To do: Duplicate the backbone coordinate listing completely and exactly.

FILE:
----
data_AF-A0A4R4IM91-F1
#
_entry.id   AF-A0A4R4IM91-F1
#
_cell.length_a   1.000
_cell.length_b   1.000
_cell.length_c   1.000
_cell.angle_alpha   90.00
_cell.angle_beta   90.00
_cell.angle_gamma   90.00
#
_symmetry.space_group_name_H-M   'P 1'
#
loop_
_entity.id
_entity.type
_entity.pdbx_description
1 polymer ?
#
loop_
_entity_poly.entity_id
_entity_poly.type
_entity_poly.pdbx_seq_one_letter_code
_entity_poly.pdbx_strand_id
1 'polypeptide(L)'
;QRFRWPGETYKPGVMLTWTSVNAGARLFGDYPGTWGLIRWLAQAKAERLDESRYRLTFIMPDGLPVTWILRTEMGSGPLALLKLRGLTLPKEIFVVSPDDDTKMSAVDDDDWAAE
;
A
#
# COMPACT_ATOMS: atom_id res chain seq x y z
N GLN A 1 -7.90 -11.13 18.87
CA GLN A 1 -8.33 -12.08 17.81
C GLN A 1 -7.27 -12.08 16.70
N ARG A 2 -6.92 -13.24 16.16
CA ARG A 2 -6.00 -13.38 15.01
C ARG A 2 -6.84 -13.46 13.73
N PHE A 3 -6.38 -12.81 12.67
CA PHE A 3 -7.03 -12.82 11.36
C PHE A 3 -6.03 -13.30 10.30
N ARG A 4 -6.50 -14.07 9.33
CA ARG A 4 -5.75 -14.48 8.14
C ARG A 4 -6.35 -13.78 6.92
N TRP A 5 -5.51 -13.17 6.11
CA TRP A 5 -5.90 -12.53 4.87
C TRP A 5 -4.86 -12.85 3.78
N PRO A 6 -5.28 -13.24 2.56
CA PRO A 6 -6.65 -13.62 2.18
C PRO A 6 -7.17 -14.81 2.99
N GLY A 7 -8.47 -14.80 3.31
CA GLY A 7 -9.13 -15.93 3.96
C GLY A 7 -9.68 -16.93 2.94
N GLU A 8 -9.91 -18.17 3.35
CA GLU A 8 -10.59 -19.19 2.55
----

data_AF-A0A4R4IM91-F1
#
_entry.id   AF-A0A4R4IM91-F1
#
_cell.length_a   1.000
_cell.length_b   1.000
_cell.length_c   1.000
_cell.angle_alpha   90.00
_cell.angle_beta   90.00
_cell.angle_gamma   90.00
#
_symmetry.space_group_name_H-M   'P 1'
#
loop_
_entity.id
_entity.type
_entity.pdbx_description
1 polymer ?
#
loop_
_entity_poly.entity_id
_entity_poly.type
_entity_poly.pdbx_seq_one_letter_code
_entity_poly.pdbx_strand_id
1 'polypeptide(L)'
;QRFRWPGETYKPGVMLTWTSVNAGARLFGDYPGTWGLIRWLAQAKAERLDESRYRLTFIMPDGLPVTWILRTEMGSGPLALLKLRGLTLPKEIFVVSPDDDTKMSAVDDDDWAAE
;
A
#
# COMPACT_ATOMS: atom_id res chain seq x y z
N GLN A 1 -7.90 -11.13 18.87
CA GLN A 1 -8.33 -12.08 17.81
C GLN A 1 -7.27 -12.08 16.70
N ARG A 2 -6.92 -13.24 16.16
CA ARG A 2 -6.00 -13.38 15.01
C ARG A 2 -6.84 -13.46 13.73
N PHE A 3 -6.38 -12.81 12.67
CA PHE A 3 -7.03 -12.82 11.36
C PHE A 3 -6.03 -13.30 10.30
N ARG A 4 -6.50 -14.07 9.33
CA ARG A 4 -5.75 -14.48 8.14
C ARG A 4 -6.35 -13.78 6.92
N TRP A 5 -5.51 -13.17 6.11
CA TRP A 5 -5.90 -12.53 4.87
C TRP A 5 -4.86 -12.85 3.78
N PRO A 6 -5.28 -13.24 2.56
CA PRO A 6 -6.65 -13.62 2.18
C PRO A 6 -7.17 -14.81 2.99
N GLY A 7 -8.47 -14.80 3.31
CA GLY A 7 -9.13 -15.93 3.96
C GLY A 7 -9.68 -16.93 2.94
N GLU A 8 -9.91 -18.17 3.35
CA GLU A 8 -10.59 -19.19 2.55